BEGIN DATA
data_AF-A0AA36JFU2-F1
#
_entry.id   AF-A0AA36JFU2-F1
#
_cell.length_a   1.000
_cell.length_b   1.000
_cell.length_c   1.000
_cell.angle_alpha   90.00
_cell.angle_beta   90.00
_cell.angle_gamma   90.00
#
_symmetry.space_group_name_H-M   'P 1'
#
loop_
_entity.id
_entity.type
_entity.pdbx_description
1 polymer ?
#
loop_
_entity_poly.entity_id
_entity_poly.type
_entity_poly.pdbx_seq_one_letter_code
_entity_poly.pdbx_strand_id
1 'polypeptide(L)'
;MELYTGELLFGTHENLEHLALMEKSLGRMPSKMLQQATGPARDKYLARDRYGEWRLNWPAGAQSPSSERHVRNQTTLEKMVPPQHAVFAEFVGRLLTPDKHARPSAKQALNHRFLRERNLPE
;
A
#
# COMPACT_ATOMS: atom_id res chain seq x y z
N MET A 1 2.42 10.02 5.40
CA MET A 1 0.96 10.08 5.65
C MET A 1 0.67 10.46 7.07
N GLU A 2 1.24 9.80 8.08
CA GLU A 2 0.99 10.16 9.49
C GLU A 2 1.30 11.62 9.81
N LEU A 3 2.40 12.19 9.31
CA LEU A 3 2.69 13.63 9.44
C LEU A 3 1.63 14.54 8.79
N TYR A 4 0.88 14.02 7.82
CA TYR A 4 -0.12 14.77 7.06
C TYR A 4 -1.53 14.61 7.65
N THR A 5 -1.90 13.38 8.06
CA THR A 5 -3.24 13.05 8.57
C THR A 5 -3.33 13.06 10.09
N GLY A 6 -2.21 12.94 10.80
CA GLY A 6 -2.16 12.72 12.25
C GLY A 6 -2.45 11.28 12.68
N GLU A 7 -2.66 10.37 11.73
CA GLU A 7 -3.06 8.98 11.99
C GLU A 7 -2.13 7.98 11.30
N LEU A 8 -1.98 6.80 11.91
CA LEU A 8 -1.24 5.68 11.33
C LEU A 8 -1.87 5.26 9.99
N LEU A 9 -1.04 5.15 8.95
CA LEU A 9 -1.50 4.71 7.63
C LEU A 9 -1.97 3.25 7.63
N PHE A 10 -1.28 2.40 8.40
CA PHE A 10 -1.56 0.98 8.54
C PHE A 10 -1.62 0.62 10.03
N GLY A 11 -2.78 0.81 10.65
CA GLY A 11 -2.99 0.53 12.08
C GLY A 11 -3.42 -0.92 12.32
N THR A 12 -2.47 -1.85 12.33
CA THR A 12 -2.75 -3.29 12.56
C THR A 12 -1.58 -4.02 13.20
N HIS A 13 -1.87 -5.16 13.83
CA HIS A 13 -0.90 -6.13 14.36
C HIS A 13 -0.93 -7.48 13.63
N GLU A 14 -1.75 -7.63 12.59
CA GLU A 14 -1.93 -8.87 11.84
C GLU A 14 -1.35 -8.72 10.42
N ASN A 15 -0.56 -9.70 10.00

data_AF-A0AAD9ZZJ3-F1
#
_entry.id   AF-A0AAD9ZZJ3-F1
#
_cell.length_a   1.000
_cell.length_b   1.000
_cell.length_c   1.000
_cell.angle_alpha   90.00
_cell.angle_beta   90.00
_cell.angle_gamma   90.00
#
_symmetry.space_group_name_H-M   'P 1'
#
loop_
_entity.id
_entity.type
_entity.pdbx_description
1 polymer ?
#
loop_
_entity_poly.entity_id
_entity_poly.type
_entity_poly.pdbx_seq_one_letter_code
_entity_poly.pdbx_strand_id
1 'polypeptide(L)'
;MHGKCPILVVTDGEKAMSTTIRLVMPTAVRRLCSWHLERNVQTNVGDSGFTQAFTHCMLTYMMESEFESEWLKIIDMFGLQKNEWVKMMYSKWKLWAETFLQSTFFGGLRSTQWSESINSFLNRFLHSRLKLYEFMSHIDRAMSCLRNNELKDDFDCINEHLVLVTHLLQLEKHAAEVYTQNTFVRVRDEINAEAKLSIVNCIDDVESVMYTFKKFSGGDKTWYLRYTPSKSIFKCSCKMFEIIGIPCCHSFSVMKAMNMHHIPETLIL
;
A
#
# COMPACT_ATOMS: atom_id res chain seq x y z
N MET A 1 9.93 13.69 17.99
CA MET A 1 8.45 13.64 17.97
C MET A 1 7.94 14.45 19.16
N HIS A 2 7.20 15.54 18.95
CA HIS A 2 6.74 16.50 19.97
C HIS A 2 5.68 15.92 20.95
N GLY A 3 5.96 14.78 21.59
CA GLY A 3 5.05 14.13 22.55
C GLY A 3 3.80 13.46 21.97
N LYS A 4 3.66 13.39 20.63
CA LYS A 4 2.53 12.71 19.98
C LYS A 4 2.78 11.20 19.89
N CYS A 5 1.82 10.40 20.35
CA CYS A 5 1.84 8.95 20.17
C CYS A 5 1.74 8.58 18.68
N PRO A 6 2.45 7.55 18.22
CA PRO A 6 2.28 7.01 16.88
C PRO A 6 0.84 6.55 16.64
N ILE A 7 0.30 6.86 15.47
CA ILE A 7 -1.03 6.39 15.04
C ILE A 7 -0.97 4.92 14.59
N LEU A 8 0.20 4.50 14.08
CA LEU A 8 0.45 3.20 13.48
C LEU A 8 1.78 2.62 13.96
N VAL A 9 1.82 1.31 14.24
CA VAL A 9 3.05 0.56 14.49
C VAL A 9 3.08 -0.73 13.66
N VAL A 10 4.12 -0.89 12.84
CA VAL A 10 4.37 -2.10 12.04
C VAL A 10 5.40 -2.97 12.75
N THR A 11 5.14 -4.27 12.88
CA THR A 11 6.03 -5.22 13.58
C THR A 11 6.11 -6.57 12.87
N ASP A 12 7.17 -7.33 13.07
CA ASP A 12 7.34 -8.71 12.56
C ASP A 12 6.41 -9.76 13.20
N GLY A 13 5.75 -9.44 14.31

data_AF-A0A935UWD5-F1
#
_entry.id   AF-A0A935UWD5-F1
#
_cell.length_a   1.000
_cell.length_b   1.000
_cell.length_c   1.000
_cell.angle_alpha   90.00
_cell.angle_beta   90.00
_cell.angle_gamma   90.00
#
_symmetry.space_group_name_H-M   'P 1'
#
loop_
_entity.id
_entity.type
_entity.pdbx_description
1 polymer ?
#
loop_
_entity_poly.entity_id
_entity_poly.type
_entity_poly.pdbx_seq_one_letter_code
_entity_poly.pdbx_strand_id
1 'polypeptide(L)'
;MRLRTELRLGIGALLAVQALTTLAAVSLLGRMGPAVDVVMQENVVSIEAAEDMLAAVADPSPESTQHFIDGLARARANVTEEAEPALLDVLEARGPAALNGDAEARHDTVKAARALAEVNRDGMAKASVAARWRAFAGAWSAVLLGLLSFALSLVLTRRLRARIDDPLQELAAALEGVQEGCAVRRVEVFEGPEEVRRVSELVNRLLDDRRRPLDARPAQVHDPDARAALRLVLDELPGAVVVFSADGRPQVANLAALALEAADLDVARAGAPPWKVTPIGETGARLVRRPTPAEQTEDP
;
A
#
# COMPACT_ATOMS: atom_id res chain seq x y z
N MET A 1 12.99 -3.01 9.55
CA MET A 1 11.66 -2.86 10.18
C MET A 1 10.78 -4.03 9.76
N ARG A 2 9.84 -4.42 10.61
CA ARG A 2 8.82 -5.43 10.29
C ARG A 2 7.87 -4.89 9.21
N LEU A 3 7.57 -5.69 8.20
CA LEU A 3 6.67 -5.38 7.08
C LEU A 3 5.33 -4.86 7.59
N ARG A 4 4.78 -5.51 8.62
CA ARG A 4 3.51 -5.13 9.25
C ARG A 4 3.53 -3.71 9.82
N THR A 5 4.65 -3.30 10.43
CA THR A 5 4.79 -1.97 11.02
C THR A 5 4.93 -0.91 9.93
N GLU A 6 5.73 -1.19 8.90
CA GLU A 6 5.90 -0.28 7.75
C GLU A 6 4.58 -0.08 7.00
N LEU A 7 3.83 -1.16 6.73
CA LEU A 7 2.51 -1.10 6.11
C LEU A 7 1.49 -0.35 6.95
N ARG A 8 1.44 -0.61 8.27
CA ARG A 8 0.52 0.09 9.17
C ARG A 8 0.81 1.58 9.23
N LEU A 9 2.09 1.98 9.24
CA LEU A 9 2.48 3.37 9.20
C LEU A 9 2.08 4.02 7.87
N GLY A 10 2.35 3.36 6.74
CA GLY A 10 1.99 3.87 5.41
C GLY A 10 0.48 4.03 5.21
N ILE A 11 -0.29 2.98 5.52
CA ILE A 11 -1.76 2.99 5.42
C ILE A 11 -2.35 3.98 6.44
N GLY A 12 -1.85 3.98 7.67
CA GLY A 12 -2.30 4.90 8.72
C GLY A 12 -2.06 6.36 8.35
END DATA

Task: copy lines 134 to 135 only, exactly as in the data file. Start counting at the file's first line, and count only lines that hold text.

N THR A 11 5.14 -4.27 12.88
CA THR A 11 6.03 -5.22 13.58